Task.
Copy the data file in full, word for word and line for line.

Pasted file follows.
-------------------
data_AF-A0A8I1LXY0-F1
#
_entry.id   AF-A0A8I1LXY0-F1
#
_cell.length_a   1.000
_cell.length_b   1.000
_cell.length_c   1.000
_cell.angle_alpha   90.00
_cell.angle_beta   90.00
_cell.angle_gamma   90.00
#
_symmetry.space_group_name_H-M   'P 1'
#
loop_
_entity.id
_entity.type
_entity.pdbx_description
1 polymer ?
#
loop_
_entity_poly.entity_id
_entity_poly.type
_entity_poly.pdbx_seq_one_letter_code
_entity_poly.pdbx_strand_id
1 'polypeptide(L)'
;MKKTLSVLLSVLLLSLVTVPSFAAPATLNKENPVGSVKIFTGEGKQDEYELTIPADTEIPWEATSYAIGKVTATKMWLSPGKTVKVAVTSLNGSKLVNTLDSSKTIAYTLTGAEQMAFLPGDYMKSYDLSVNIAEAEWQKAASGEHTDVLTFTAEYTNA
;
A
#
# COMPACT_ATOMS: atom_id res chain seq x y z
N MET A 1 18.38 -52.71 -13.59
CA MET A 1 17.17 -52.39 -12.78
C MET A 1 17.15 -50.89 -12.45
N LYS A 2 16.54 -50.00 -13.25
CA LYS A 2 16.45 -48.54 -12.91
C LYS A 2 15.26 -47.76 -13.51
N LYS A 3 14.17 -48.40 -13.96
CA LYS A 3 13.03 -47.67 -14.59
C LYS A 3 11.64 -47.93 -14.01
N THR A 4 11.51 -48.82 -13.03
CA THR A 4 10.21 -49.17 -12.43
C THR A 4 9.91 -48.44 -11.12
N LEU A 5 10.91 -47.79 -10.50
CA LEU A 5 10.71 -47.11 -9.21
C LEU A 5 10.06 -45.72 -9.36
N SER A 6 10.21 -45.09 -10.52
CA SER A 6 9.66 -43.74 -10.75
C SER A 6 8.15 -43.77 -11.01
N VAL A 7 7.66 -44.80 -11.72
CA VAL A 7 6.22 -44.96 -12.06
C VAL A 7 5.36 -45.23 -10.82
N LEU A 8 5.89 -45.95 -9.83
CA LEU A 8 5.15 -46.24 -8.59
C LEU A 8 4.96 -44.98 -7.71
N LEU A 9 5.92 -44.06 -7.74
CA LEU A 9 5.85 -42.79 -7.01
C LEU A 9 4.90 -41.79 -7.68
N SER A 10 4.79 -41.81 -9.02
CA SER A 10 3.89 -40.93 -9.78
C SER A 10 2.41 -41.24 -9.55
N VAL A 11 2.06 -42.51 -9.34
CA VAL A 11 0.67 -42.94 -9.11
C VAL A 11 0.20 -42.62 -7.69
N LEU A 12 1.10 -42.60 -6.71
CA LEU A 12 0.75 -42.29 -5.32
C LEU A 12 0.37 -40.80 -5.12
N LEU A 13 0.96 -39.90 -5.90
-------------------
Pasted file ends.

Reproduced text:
data_AF-A0A8I1LXY0-F1
#
_entry.id   AF-A0A8I1LXY0-F1
#
_cell.length_a   1.000
_cell.length_b   1.000
_cell.length_c   1.000
_cell.angle_alpha   90.00
_cell.angle_beta   90.00
_cell.angle_gamma   90.00
#
_symmetry.space_group_name_H-M   'P 1'
#
loop_
_entity.id
_entity.type
_entity.pdbx_description
1 polymer ?
#
loop_
_entity_poly.entity_id
_entity_poly.type
_entity_poly.pdbx_seq_one_letter_code
_entity_poly.pdbx_strand_id
1 'polypeptide(L)'
;MKKTLSVLLSVLLLSLVTVPSFAAPATLNKENPVGSVKIFTGEGKQDEYELTIPADTEIPWEATSYAIGKVTATKMWLSPGKTVKVAVTSLNGSKLVNTLDSSKTIAYTLTGAEQMAFLPGDYMKSYDLSVNIAEAEWQKAASGEHTDVLTFTAEYTNA
;
A
#
# COMPACT_ATOMS: atom_id res chain seq x y z
N MET A 1 18.38 -52.71 -13.59
CA MET A 1 17.17 -52.39 -12.78
C MET A 1 17.15 -50.89 -12.45
N LYS A 2 16.54 -50.00 -13.25
CA LYS A 2 16.45 -48.54 -12.91
C LYS A 2 15.26 -47.76 -13.51
N LYS A 3 14.17 -48.40 -13.96
CA LYS A 3 13.03 -47.67 -14.59
C LYS A 3 11.64 -47.93 -14.01
N THR A 4 11.51 -48.82 -13.03
CA THR A 4 10.21 -49.17 -12.43
C THR A 4 9.91 -48.44 -11.12
N LEU A 5 10.91 -47.79 -10.50
CA LEU A 5 10.71 -47.11 -9.21
C LEU A 5 10.06 -45.72 -9.36
N SER A 6 10.21 -45.09 -10.52
CA SER A 6 9.66 -43.74 -10.75
C SER A 6 8.15 -43.77 -11.01
N VAL A 7 7.66 -44.80 -11.72
CA VAL A 7 6.22 -44.96 -12.06
C VAL A 7 5.36 -45.23 -10.82
N LEU A 8 5.89 -45.95 -9.83
CA LEU A 8 5.15 -46.24 -8.59
C LEU A 8 4.96 -44.98 -7.71
N LEU A 9 5.92 -44.06 -7.74
CA LEU A 9 5.85 -42.79 -7.01
C LEU A 9 4.90 -41.79 -7.68
N SER A 10 4.79 -41.81 -9.02
CA SER A 10 3.89 -40.93 -9.78
C SER A 10 2.41 -41.24 -9.55
N VAL A 11 2.06 -42.51 -9.34
CA VAL A 11 0.67 -42.94 -9.11
C VAL A 11 0.20 -42.62 -7.69
N LEU A 12 1.10 -42.60 -6.71
CA LEU A 12 0.75 -42.29 -5.32
C LEU A 12 0.37 -40.80 -5.12
N LEU A 13 0.96 -39.90 -5.90